Pac-Man

DEFINITION of 'Pac-Man'

A high-risk hostile takeover defense in which the target firm tries to take over the company that has made the hostile bid by purchasing large amounts of the would-be acquirer's stock. The Pac-Man defense is supposed to scare off the would-be acquirer, which doesn't want to be taken over itself. The target may sell off its own assets or borrow heavily in order to acquire enough of the acquirer's stock to prevent the takeover.

BREAKING DOWN 'Pac-Man'

The Pac-Man defense does not always work, but it was first successfully used in 1982 by Martin Marietta to prevent a takeover by Bendix Corp. In 1988, American Brands used it successfully against E-II, and TotalFina used it in 1999 to prevent a takeover by Elf Aquitaine. Some analysts speculated that Cadbury would try to use the Pac-Man defense against Kraft in 2009.


The Pac-Man defense may be used alone or in conjunction with other takeover defenses, such as the white knight.

RELATED TERMS
  1. Hostile Takeover

    The acquisition of one company (called the target company) by ...
  2. "Just Say No" Defense

    A strategy used by corporations to discourage hostile takeovers ...
  3. Killer Bees

    An individual or firm that helps a company fend off a takeover ...
  4. Takeover Bid

    A type of corporate action in which an acquiring company makes ...
  5. Poison Put

    A takeover defense strategy in which the target company issues ...
  6. Hostile Bid

    A specific type of takeover bid that is presented directly to ...
Related Articles
  1. Investing

    Warding Off Hostile Takeovers

    The purpose of this article is to provide a general overview of hostile corporate takeovers, while highlighting a general course of action against such activity. This article provides basic information ...
  2. Trading

    Pinpoint Takeovers First

    Use these seven steps to discover a takeover before the rest of the market catches on.
  3. Investing

    Reverse Takeover

    Learn more about this type of takeover and how companies use it to avoid IPOs.
  4. Markets

    Trademarks Of A Takeover Target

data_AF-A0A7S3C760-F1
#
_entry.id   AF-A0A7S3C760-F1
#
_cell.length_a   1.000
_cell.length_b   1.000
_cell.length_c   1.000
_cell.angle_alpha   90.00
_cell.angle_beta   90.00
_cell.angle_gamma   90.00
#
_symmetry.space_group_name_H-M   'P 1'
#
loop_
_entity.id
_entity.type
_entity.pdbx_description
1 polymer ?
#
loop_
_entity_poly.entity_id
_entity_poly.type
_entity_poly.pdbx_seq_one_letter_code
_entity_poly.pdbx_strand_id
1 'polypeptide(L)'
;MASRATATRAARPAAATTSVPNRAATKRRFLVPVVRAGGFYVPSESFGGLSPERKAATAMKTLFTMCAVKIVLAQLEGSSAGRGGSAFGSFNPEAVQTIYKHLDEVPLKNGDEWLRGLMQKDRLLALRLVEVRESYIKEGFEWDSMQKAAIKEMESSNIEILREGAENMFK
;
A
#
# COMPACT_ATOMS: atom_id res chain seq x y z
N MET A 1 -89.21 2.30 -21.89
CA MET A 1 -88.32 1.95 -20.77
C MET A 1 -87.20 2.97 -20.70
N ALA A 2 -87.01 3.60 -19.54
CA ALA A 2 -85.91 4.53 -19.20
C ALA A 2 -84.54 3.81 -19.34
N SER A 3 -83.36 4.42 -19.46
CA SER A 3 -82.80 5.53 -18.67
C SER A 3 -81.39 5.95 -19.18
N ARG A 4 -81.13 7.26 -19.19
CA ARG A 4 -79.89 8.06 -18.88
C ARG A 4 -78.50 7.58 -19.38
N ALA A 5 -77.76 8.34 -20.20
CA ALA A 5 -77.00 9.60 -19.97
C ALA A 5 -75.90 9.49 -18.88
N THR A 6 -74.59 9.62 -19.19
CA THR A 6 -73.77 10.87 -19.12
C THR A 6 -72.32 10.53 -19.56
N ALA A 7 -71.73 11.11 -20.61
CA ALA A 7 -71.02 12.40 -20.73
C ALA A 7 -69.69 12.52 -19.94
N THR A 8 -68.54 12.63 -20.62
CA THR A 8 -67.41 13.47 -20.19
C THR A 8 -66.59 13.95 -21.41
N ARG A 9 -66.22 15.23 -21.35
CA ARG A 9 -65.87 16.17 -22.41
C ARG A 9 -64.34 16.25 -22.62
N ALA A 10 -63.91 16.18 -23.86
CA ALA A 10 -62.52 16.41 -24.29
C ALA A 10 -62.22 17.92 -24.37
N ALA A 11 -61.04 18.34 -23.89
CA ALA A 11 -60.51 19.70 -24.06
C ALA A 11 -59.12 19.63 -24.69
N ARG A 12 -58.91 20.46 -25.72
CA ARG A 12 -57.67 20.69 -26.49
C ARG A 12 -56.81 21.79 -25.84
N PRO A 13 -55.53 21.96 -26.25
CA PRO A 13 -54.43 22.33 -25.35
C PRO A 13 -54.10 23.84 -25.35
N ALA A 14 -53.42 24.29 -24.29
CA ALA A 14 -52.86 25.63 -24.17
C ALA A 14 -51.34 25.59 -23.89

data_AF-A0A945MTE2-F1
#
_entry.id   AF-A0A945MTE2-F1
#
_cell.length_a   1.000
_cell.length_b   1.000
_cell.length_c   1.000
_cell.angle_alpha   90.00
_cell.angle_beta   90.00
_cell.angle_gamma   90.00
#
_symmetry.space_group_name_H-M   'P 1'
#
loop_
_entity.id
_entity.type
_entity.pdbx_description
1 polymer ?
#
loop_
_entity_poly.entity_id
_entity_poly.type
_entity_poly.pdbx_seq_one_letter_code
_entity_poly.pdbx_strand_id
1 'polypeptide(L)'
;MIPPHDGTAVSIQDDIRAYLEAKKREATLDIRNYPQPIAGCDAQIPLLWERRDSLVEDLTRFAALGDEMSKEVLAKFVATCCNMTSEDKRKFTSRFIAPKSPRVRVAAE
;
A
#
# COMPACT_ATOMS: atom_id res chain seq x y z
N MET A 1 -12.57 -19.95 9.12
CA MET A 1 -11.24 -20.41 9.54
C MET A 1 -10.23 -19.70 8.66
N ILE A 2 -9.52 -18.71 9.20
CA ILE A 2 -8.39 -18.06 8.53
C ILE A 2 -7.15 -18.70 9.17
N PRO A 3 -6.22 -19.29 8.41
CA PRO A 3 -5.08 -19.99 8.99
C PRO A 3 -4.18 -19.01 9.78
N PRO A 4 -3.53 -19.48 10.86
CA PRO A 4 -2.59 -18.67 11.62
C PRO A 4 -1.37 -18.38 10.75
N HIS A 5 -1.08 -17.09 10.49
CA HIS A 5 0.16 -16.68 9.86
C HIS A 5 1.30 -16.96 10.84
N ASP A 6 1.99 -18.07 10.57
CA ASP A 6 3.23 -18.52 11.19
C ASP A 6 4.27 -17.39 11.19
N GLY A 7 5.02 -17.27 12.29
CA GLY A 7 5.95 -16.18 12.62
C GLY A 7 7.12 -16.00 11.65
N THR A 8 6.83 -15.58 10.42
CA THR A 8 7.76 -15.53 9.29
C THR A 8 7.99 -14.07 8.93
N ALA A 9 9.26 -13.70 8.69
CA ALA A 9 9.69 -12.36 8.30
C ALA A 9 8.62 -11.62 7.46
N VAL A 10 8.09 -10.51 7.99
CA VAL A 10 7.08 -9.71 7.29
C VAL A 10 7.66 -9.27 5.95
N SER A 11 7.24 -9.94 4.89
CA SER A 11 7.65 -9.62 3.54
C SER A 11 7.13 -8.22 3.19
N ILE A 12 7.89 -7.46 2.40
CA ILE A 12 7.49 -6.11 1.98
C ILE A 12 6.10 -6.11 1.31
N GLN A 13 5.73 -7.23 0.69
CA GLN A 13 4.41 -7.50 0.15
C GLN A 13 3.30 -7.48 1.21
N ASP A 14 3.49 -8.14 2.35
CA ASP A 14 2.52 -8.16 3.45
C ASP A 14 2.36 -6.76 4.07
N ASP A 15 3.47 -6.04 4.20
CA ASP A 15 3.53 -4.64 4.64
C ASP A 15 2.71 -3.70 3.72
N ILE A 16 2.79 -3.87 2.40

These tips can lead you to little companies with big prospects.
  5. Investing

    How To Profit From Mergers And Acquisitions Through Arbitrage

    Making a windfall from a stock that attracts a takeover bid is an alluring proposition. But be warned – benefiting from m&a is easier said than done.
  6. Investing

    Poison Pill

    A poison pill is a corporate maneuver put in place to try and prevent a hostile takeover. The target corporation uses this strategy to make its stock less attractive to the acquirer. This is ...
  7. Managing Wealth

    Investopedia's Oddest Business and Investing Terms

    The oddest business and investing terms found on Investopedia.
  8. Investing

    Mergers and Acquisitions: Doing The Deal

    Start with an Offer When the CEO and top managers of a company decide that they want to do a merger or acquisition, they start with a tender offer. The process typically begins with the acquiring ...
  9. Markets

    A Review Of Defense Stocks

    2010 could be a good year for defense stocks. Find out why.
  10. Retirement

    When The Offense Changes, The Defense Needs To Adapt

    Sports are like investing: you don’t blindly use a strategy without considering your opponent’s next move, his strengths, and his weaknesses. To win, you have to adapt.
RELATED FAQS
  1. What is the Pac-Man defense?

    The Pac-Man defense is a strategy in which a company that is facing a hostile takeover from another company essentially turns ... Read Answer >>
  2. How do companies use the Pac-Man defense?

    To employ the Pac-Man defense, a company will scare off another company that had tried to acquire it by purchasing large ... Read Answer >>
  3. Under what circumstances might a company decide to do a hostile takeover?

    Learn about why companies use a hostile takeover to gain control of another company, and understand the different methods ... Read Answer >>
  4. How can a company resist a hostile takeover?

    Learn about some of the defense strategies a public company's board of directors might employ to prevent a hostile bidder ... Read Answer >>
  5. What is the difference between a hostile takeover and a friendly takeover?

    Learn about the difference between a hostile takeover and a friendly takeover, and understand how proxy fights and tender ... Read Answer >>
  6. What's the difference between a merger and a hostile takeover?

    Understand the difference between a merger and a hostile takeover, including the different ways one company can acquire another, ... Read Answer >>
Hot Definitions
  1. Glass-Steagall Act

    An act the U.S. Congress passed in 1933 as the Banking Act, which prohibited commercial banks from participating in the investment ...
  2. Quantitative Trading

    Trading strategies based on quantitative analysis which rely on mathematical computations and number crunching to identify ...
  3. Bond Ladder

    A portfolio of fixed-income securities in which each security has a significantly different maturity date. The purpose of ...
  4. Duration

    A measure of the sensitivity of the price (the value of principal) of a fixed-income investment to a change in interest rates. ...
  5. Dove

    An economic policy advisor who promotes monetary policies that involve the maintenance of low interest rates, believing that ...
  6. Cyclical Stock

    An equity security whose price is affected by ups and downs in the overall economy. Cyclical stocks typically relate to companies ...
Trading Center